“It may not be implausible to conjecture that the build-up of demographic pressure in elite families exacerbated competition not just over property but also over access to women. In one sense this is a tautology. These two types of competition are not as far apart as one might be tempted to believe. Aristotle Onassis is credited with the dictum that ‘if women didn’t exist, all the money in the world would have no meaning’….
“This is where feuds could come in. As a previous chapter has suggested, in a social environment shaped by relationships of inimical intimacy, feuds functioned, among other things, as cues designed not only to deter rivals but also to attract potential allies, including prospective marriage partners. As signals, feuds had the important advantage of being hard to fake: because they were costly — in the short run often conspicuously wasteful — undertakings, they provided clues as to the feuder’s economic situation; because they could not be carried out without the support of family, friends and followers, they advertised the extent and quality of the feuders’ social network; and because they involved real risks and at times demanded sheer physical courage, they conveyed information on the character of the man. In short, they exhibited traits that indicated wealth, personality and fitness all at once. Now it may be assumed that such signals grew all the more valuable as this social environment became crowded and as the precise landed resources that were critical for preserving ‘name and bloodline’ became ever scarcer. In these circumstances of heightened competition, feuds could be used to provide evidence of one’s ability to set up and maintain a household, or to provide one’s offspring with the means to do so.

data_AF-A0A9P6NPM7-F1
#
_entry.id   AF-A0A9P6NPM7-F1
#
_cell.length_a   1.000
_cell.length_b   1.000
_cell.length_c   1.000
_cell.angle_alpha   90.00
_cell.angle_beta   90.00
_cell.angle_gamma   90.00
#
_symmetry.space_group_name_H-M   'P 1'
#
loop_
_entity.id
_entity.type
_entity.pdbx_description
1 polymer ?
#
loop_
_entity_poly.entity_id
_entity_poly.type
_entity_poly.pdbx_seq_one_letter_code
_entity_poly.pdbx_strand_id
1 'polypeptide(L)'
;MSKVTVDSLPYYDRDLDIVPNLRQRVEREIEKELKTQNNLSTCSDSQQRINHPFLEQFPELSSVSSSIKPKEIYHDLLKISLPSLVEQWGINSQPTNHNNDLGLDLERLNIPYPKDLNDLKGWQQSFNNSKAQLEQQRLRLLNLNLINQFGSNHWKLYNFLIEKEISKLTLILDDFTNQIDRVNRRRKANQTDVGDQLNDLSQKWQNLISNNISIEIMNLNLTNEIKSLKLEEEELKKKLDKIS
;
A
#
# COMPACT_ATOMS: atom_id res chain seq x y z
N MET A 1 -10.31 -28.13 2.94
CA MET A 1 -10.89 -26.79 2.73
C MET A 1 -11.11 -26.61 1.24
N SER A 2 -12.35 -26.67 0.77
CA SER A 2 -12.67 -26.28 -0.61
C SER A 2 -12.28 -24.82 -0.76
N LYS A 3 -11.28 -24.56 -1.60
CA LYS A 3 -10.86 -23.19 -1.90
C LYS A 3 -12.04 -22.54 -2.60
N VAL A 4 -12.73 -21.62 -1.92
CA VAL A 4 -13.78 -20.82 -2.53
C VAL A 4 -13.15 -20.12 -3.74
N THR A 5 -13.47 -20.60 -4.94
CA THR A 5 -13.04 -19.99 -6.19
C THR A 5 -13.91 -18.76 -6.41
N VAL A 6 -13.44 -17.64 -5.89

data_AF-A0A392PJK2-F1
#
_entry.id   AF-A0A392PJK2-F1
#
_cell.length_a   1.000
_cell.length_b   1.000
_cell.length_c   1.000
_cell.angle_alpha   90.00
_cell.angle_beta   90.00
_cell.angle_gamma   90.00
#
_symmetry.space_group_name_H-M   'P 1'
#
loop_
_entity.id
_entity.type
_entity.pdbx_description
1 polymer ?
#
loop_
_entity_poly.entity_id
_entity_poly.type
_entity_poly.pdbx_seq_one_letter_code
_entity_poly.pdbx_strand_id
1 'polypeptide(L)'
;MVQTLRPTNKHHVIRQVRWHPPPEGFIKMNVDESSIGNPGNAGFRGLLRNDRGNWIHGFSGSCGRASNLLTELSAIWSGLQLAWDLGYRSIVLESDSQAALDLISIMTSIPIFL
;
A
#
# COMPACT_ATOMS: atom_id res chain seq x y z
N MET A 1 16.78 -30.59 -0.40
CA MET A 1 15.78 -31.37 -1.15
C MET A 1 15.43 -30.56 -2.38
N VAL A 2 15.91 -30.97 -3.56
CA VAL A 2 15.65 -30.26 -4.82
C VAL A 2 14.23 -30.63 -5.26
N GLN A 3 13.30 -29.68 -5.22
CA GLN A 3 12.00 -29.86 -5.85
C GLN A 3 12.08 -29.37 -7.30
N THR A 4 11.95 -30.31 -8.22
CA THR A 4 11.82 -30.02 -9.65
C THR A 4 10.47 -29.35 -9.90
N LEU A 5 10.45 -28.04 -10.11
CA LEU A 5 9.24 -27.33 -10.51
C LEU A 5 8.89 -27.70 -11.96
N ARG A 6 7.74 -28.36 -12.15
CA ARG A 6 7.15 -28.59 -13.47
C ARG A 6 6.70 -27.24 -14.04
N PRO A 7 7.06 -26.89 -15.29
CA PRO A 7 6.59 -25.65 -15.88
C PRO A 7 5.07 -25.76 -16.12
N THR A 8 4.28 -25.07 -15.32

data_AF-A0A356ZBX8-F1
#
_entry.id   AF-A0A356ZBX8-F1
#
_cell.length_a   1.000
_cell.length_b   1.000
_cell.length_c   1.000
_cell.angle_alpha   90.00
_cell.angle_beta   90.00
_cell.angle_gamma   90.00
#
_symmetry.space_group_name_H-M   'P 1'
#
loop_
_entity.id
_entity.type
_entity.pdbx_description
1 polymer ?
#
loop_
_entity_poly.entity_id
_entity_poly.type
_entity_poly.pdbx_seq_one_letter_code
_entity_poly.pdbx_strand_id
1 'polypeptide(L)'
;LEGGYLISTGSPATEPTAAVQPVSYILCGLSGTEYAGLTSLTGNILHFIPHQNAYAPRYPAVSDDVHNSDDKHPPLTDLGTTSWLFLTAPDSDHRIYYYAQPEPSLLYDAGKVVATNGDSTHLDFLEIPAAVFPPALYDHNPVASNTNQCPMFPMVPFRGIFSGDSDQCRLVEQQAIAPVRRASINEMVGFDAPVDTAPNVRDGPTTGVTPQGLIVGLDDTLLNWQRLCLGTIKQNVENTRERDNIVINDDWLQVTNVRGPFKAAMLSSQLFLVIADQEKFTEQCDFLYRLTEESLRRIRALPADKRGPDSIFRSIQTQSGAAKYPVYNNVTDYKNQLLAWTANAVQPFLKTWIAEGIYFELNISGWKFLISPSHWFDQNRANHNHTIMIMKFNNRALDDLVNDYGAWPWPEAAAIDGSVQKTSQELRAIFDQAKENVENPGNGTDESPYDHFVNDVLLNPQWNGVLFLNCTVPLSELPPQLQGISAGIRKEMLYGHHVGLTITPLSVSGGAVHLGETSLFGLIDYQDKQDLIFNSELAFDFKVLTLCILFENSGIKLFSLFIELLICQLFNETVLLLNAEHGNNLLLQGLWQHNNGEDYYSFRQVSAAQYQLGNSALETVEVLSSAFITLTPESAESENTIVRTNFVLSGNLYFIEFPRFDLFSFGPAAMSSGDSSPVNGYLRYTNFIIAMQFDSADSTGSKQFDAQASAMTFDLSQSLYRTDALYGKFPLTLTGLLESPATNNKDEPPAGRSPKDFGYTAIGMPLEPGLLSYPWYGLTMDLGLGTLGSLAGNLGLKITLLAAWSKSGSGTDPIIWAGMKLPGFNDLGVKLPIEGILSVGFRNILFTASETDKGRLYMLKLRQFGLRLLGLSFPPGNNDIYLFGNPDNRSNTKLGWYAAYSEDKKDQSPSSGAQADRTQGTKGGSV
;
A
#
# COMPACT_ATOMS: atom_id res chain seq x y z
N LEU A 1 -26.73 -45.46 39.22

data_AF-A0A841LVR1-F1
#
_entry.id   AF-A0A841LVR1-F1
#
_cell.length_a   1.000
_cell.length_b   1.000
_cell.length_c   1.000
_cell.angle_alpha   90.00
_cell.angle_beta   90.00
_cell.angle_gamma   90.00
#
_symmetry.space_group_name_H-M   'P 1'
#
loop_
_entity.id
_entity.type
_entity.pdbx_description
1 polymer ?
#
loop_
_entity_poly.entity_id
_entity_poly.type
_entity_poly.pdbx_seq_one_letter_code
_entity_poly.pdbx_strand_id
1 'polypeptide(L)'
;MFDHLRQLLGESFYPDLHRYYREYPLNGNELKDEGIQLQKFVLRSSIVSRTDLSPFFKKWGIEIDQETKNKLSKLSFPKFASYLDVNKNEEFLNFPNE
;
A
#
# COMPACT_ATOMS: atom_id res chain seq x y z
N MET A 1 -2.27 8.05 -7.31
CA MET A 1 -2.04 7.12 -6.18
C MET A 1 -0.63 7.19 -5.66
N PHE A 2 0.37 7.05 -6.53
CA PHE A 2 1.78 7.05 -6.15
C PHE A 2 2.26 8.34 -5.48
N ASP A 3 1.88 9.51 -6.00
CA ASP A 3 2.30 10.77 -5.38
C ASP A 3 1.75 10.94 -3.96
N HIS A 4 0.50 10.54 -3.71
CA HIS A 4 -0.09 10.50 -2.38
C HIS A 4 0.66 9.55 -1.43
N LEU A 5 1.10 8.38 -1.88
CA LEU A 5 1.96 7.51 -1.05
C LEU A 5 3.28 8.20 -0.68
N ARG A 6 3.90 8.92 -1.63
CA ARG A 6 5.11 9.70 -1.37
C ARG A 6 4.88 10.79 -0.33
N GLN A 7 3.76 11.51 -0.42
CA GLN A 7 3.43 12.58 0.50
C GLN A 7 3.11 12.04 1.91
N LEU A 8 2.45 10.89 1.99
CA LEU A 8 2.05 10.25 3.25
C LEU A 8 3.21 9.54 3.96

“Contests over women as a major cause of violence between men is a universal human theme. It is a matter of nature, not of nuture. No society has managed to do without it, and for a good reason. The reward of success is huge: reproductive success. One of the most violent societies studied by anthroplogists provides a remarkable example: Yanomamo men who killed other men have more wives than their peaceful brethren. While such valorisation of aggression may be extreme, and indeed translates into an exceptionally high rate of fatalities, the basic attitude which underlies it is by no means confined to the Amazon rainforest. Sexual rivalries between men are also a major motive for homicide in monogamous Western societies. How far a link of this kind between violence and mating is true of feuding nobles in late medieval society is difficult to ascertain. A helpful intimation, however, is offered, yet again, by Wilwolt von Schaumberg. His biography touches on this issue in a crucial passage whose subject matter, tellingly, is feuds in Franconia: